By MELISSA GRIFFITHS
Morris News Service – Alaska
JUNEAU — Southeast Alaska has been very successful in using Alaska Energy Authority funds for renewable energy projects — too successful if you ask some other regions.
The authority runs a renewable energy fund that is meant to fund projects for areas with high energy costs, especially those that won’t be directly affected by the completion of a natural gas line.
Southeast Alaska communities have capitalized on these funds at a rate greater than any other region, perhaps because the region put a focus on energy planning “before (it) was cool.”
More than 22 percent of the funds so far have gone to Southeast projects and a quarter of projects currently in operation are located in Southeast Alaska, said Sara Fisher-Goad, Director of the Alaska Energy Authority. She was the keynote speaker during Tuesday’s Southeast Conference Mid-Session Summit held at Centennial Hall.
“Other parts of the state are concerned that Southeast may be over-served by the renewable energy fund,” Fisher-Goad said.
The program has a statutory requirement to have a regional balance, so Southeast might find its energy funds limited this year. Of course, all funds will be limited this year due to the state’s tight budget.
Fisher-Goad said her agency has been asked to look at capping funding “so the Southeast wedge of the pie doesn’t grow to more than 22 percent.”
That still leaves funds for Southeast communities, but the authority will be focused in its recommendations on identifying and prioritizing communities with the highest energy costs.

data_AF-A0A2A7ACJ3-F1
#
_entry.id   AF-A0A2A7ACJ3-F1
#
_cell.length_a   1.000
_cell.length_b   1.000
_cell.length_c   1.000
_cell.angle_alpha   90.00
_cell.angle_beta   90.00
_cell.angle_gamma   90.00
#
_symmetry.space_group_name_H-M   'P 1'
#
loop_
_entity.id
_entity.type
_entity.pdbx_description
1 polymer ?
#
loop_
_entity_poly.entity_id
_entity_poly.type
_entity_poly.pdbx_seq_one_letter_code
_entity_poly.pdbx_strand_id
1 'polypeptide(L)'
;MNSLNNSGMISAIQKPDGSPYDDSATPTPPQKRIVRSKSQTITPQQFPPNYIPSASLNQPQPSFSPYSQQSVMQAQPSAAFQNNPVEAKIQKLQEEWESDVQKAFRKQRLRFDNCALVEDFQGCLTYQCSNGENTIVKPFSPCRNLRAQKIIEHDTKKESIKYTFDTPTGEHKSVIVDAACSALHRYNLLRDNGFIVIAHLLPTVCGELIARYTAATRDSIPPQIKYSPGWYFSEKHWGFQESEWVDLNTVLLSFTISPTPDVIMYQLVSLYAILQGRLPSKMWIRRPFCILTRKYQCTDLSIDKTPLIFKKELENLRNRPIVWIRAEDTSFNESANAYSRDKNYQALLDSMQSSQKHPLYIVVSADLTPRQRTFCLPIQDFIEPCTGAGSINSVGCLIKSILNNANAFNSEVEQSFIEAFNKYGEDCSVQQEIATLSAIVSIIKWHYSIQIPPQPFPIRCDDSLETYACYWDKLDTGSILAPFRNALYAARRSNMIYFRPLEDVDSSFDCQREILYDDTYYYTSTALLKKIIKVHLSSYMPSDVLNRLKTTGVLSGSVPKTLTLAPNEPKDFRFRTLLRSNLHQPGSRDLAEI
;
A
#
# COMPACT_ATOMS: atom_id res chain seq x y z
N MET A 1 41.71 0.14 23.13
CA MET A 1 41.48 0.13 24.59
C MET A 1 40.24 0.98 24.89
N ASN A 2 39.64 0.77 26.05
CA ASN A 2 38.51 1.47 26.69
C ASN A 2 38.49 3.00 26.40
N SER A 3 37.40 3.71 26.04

Six projects in Southeast were identified; five biomass and one heat pump. There were other projects that didn’t fit within the first $15 million of funding, which is likely to be the only funding for Fiscal Year 2016.
With less money available to distribute, there is concern that capping funding to projects may lead to some being stranded.
Like many other agencies and organizations, the AEA is hoping to leverage federal funds to assist communities with renewable energy projects. Fisher-Goad said there are other potential funding sources still available, including loans, and the AEA can provide assistance to communities in applying.
For information on AEA’s programs, visit akenergyauthority.org.
Melissa Griffiths is a reporter for the Juneau Empire. She can be reached at email@example.com.